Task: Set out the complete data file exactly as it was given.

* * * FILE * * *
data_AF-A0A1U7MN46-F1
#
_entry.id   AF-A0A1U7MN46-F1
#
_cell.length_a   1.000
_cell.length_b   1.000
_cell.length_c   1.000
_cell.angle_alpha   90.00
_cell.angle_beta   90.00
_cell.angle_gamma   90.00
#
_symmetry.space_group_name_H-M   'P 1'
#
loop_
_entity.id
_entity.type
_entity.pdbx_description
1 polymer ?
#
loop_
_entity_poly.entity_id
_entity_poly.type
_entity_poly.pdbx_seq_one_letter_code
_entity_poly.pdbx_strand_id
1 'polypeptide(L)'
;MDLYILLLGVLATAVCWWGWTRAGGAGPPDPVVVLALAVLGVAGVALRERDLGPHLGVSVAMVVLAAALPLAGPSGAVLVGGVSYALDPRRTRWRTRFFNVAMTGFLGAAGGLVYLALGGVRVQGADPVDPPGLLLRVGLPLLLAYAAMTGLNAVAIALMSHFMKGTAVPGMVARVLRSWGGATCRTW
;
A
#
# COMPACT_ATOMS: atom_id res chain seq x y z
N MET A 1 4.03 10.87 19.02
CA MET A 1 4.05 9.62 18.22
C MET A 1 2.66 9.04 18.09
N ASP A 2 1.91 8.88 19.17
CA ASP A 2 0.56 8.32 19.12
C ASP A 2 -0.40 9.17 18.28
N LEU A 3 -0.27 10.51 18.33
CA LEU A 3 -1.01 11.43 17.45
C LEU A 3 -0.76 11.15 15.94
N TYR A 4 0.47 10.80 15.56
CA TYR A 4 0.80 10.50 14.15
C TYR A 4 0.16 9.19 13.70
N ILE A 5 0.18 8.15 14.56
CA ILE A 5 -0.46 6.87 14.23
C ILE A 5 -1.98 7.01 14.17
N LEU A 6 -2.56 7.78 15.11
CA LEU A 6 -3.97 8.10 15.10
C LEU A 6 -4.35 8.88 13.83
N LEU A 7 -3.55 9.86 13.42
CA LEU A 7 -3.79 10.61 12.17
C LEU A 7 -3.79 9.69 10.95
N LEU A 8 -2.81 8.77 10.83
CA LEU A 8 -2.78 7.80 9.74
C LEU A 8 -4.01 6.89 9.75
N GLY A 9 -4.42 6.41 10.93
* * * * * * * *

data_AF-A0A1U7MN46-F1
#
_entry.id   AF-A0A1U7MN46-F1
#
_cell.length_a   1.000
_cell.length_b   1.000
_cell.length_c   1.000
_cell.angle_alpha   90.00
_cell.angle_beta   90.00
_cell.angle_gamma   90.00
#
_symmetry.space_group_name_H-M   'P 1'
#
loop_
_entity.id
_entity.type
_entity.pdbx_description
1 polymer ?
#
loop_
_entity_poly.entity_id
_entity_poly.type
_entity_poly.pdbx_seq_one_letter_code
_entity_poly.pdbx_strand_id
1 'polypeptide(L)'
;MDLYILLLGVLATAVCWWGWTRAGGAGPPDPVVVLALAVLGVAGVALRERDLGPHLGVSVAMVVLAAALPLAGPSGAVLVGGVSYALDPRRTRWRTRFFNVAMTGFLGAAGGLVYLALGGVRVQGADPVDPPGLLLRVGLPLLLAYAAMTGLNAVAIALMSHFMKGTAVPGMVARVLRSWGGATCRTW
;
A
#
# COMPACT_ATOMS: atom_id res chain seq x y z
N MET A 1 4.03 10.87 19.02
CA MET A 1 4.05 9.62 18.22
C MET A 1 2.66 9.04 18.09
N ASP A 2 1.91 8.88 19.17
CA ASP A 2 0.56 8.32 19.12
C ASP A 2 -0.40 9.17 18.28
N LEU A 3 -0.27 10.51 18.33
CA LEU A 3 -1.01 11.43 17.45
C LEU A 3 -0.76 11.15 15.94
N TYR A 4 0.47 10.80 15.56
CA TYR A 4 0.80 10.50 14.15
C TYR A 4 0.16 9.19 13.70
N ILE A 5 0.18 8.15 14.56
CA ILE A 5 -0.46 6.87 14.23
C ILE A 5 -1.98 7.01 14.17
N LEU A 6 -2.56 7.78 15.11
CA LEU A 6 -3.97 8.10 15.10
C LEU A 6 -4.35 8.88 13.83
N LEU A 7 -3.55 9.86 13.42
CA LEU A 7 -3.79 10.61 12.17
C LEU A 7 -3.79 9.69 10.95
N LEU A 8 -2.81 8.77 10.83
CA LEU A 8 -2.78 7.80 9.74
C LEU A 8 -4.01 6.89 9.75
N GLY A 9 -4.42 6.41 10.93